sensorValue = digitalRead(D7); //Relay 3(BaseBoardHeat)
if (sensorValue ==  HIGH)  { 
Particle.publish("BaseHeat_On","1"); 
} 
else if (sensorValue == LOW) { 
Particle.publish("BaseHeat_Off","1"); 
} 
n++; 
} 
if (sensor.read()) {     // Do something cool with the temperature 
Serial.printf("Temperature %.2f C %.2f F ", sensor.celsius(), sensor.fahrenheit());
Particle.publish("Bed_Temp", String(sensor.celsius()), PRIVATE); 
} 
if (sensor1.read()) { 
Serial.printf("Temperature %.2f C %.2f F ", sensor.celsius(), sensor.fahrenheit()); 
Particle.publish("Living_Temp", String(sensor.celsius()), PRIVATE); 
} 
else { 
if (sensor.searchDone()) { 
} 
} 
delay(100000);
} 
int HeatOn(String command) {   //(((This is your Function commands from Openhab switches to Node-red to here))))
if(command =="1")  { 
digitalWrite(D7,HIGH); 
Particle.publish("Base_Heat_On","1",PRIVATE); 
} 
if(command =="0") { 
digitalWrite(D7,LOW); 
Particle.publish("Base_Heat_Off","0",PRIVATE); 
} 
return 1 ;
}
int HeatOn1(String command) {   //(((This is your Function commands from Openhab switches to Node-red to here))))
if(command =="1")  {
digitalWrite(D6,HIGH); Particle.publish("Under_Heat_On","1",PRIVATE);
} 
if(command =="0") { 
digitalWrite(D6,LOW); 
Particle.publish("Under_Heat_OFF","0",PRIVATE); 
} 
return 1 ;
} 
int AlarmOn(String command) {   //(((This is your Function commands from Openhab switches to Node-red to here))))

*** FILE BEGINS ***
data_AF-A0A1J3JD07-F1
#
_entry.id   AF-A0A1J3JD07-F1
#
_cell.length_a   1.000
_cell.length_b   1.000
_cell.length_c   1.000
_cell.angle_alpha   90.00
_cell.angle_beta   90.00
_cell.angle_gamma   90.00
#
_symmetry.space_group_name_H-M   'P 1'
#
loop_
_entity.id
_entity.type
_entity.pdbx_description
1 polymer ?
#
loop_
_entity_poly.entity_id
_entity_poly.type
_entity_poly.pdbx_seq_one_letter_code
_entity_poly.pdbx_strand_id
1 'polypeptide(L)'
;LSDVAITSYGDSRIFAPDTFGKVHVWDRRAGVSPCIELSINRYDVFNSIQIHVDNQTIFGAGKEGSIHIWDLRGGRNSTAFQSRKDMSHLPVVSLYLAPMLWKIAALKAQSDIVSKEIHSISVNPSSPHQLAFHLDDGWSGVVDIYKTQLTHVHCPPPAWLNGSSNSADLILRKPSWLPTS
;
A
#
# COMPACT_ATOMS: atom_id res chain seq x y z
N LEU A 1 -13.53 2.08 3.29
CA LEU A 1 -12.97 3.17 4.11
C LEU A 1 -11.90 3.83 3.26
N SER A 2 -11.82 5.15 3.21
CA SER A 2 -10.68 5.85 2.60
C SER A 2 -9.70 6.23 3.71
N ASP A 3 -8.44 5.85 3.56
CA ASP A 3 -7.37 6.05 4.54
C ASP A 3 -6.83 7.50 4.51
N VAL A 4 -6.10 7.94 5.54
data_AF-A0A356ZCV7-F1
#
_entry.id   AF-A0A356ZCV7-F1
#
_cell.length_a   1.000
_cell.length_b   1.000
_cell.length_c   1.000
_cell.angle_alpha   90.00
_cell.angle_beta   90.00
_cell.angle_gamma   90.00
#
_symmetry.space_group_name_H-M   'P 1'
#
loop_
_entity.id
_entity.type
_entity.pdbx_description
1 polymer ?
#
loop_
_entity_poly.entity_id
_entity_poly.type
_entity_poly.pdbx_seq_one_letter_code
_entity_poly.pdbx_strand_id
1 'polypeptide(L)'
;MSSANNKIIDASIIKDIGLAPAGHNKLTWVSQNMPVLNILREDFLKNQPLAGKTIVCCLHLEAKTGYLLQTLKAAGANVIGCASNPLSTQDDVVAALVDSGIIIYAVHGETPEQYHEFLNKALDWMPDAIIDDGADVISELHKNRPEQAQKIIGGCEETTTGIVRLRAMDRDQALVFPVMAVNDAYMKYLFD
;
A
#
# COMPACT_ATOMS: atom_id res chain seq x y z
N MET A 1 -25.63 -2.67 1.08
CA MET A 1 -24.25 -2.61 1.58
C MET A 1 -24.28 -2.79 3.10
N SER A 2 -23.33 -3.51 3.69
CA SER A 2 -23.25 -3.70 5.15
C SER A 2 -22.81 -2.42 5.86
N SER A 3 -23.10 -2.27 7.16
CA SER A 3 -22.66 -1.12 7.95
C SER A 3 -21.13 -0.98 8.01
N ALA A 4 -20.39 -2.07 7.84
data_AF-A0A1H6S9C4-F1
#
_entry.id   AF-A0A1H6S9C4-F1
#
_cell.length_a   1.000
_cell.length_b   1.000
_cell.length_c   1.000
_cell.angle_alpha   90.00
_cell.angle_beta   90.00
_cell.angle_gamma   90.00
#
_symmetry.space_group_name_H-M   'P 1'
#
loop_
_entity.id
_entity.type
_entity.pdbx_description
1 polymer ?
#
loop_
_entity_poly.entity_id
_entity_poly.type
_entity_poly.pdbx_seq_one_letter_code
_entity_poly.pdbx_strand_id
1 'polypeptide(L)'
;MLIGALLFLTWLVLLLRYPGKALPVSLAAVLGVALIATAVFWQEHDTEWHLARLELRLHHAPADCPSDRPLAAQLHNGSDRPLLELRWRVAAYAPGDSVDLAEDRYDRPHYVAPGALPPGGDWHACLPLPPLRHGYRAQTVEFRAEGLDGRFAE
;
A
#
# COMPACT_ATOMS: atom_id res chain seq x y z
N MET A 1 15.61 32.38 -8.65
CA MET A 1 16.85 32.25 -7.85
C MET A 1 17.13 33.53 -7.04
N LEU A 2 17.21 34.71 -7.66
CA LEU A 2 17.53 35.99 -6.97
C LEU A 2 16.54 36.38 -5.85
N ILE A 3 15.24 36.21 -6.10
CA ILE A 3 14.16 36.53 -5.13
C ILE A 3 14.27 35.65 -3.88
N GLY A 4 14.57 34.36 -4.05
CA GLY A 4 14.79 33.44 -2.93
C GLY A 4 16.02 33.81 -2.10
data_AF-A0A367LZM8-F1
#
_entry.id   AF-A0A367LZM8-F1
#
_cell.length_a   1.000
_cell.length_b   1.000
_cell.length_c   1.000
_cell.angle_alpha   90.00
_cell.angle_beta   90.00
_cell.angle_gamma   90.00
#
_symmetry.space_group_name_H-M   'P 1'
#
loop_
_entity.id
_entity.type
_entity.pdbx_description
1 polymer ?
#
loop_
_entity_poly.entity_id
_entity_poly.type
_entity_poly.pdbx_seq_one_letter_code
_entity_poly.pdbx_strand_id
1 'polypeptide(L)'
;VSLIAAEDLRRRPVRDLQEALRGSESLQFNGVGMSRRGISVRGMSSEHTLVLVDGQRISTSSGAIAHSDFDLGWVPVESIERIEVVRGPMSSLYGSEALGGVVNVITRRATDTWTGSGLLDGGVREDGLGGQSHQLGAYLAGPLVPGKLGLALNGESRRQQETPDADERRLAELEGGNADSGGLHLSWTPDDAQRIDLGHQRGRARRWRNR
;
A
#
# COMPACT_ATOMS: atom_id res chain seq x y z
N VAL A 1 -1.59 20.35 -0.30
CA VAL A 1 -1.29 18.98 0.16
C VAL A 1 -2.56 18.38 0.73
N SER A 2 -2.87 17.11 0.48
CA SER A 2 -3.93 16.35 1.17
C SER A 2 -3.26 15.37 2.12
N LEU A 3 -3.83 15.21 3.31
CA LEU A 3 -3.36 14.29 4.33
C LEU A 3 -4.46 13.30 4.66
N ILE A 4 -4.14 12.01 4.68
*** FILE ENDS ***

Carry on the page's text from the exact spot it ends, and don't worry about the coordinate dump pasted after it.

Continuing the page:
if(command =="1")  { 
digitalWrite(D5,HIGH); 
Particle.publish("Alarm_On","1",PRIVATE);
}
if(command =="0") { 
digitalWrite(D5,LOW); 
Particle.publish("Alarm_OFF","0",PRIVATE); 
} 
return 1 ;
}

Step 13: Particle Relay Program

The Particle Relay shield is here. It is really simple and can either be used with the Openhab app and program or as a stand alone device for Just using the Tinker app.

https://go.particle.io/shared_apps/59bdc5d0cf7cb9e...

Note is in Libraries just do a search "DS18.h" is included in the library#include.

#include "DS18.h"
DS18 sensor(D0); 
int Relay1(D1); i
nt sensorValue = 0;
void setup() { 
Serial.begin(9600); 
pinMode(Relay1, OUTPUT); 
Particle.function("Relay1", Activate);    }
void loop() { 
char message[120];
sensorValue = digitalRead(Relay1);  //Relay 1 
if (sensorValue ==  HIGH)  { 
Particle.publish("Relay1","1");
}   else if (sensorValue == LOW) { 
Particle.publish("Relay1","0"); 
if (sensor.read()) {
Serial.printf("Temperature %.2f C %.2f F ", sensor.celsius(), sensor.fahrenheit());     Particle.publish("Temperature", String(sensor.celsius()), PRIVATE);//You can adjust ("Temperature") to say what you want
} 
else 
{
if (sensor.searchDone()) { 
Serial.println("No more addresses.");
delay(2500);     }
else { 
}
}
}
} 
int Activate(String command) {
if(command =="1")  { digitalWrite(D1,HIGH); 
Particle.publish("D1_HIGH", "1",PRIVATE); 
delay(20000);
digitalWrite(D1,LOW); 
Particle.publish("D3_Reset", "0",PRIVATE);
}
return 1 ;
}

The Alarm Bell

I am going to be using a 12 volt Fire Alarm Sounder. They are really freaking loud and have a strobe. I’m going to try and integrate a Raspberry Pi Camera into it to take pictures of the house when away as well as producing pictures for the COPs.

Alarm and Strobe Unit

1 / 4Fire Alarm Module

Step 14: Fritzing Files and Program to Make Your Own PCBs

These files are opened with the fritzing program you can download and install from here http://fritzing.org/home/

Credits

Photo of Jade7272

Jade7272

Journeyman Electrician , Electronics engineer for Penteon Corporation designing wireless sensor Arrays orb the internet of thingsboard